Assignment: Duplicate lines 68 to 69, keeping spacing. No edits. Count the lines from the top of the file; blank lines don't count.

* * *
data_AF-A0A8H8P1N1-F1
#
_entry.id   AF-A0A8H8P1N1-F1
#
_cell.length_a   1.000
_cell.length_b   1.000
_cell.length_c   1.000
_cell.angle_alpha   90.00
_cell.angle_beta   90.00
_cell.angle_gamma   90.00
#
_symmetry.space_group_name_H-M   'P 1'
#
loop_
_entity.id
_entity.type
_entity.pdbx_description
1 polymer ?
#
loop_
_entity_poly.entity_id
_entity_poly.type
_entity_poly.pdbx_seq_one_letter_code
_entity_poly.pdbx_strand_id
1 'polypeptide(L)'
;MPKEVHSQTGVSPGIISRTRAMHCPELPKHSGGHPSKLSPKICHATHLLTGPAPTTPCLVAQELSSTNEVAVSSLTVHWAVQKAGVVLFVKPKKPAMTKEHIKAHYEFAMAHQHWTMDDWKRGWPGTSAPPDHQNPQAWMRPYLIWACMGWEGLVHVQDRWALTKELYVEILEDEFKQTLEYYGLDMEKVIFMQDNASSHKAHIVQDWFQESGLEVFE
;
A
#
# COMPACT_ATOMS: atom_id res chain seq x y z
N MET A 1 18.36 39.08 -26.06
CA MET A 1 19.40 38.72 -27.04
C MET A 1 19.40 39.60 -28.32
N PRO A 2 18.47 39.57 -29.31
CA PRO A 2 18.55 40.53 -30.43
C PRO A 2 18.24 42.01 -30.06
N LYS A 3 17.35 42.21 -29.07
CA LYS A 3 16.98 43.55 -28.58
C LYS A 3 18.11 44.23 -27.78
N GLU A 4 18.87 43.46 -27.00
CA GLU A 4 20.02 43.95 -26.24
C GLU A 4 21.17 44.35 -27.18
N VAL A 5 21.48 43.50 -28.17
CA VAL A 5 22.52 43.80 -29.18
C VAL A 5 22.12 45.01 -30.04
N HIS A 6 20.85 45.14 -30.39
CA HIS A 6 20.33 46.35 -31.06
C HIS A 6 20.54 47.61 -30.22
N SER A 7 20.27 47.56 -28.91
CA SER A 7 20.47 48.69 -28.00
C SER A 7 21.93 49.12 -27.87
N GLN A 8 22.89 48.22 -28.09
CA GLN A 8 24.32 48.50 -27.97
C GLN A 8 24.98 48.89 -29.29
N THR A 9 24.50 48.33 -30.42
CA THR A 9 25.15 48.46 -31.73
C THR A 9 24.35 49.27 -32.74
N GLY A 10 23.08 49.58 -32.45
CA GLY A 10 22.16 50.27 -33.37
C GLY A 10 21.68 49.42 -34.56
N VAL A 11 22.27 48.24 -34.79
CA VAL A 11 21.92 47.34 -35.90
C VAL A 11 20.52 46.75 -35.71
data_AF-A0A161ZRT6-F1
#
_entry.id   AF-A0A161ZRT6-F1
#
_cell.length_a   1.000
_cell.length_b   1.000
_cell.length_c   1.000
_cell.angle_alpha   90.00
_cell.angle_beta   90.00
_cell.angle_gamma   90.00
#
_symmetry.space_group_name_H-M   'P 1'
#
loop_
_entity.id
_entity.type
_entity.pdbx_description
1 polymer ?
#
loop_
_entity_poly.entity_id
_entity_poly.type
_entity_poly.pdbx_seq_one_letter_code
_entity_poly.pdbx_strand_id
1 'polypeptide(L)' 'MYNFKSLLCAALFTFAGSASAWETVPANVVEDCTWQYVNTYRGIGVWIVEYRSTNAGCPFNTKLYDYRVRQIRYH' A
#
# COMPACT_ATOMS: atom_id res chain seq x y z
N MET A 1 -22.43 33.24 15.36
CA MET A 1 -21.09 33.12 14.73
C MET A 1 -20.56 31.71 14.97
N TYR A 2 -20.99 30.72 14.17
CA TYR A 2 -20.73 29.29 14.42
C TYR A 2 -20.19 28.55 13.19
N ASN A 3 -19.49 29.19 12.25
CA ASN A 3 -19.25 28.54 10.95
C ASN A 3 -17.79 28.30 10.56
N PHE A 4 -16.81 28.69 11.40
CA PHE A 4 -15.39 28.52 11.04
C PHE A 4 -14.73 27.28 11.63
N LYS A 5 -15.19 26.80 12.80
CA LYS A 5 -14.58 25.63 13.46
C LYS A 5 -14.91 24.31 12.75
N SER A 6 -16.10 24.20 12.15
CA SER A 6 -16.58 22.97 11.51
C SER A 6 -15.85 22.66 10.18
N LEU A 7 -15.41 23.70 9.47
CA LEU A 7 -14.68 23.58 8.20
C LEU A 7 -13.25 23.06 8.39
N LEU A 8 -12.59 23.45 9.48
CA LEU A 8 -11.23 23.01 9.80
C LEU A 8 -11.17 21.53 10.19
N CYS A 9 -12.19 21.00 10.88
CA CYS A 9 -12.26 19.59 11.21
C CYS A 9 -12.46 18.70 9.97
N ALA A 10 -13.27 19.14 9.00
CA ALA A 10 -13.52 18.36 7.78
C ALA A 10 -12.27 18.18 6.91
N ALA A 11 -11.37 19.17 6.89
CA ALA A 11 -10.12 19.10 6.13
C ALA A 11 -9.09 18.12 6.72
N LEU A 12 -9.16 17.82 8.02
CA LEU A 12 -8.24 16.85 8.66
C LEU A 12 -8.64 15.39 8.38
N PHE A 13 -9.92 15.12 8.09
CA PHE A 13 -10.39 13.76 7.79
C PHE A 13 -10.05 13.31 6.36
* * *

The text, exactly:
_cell.length_a   1.000
_cell.length_b   1.000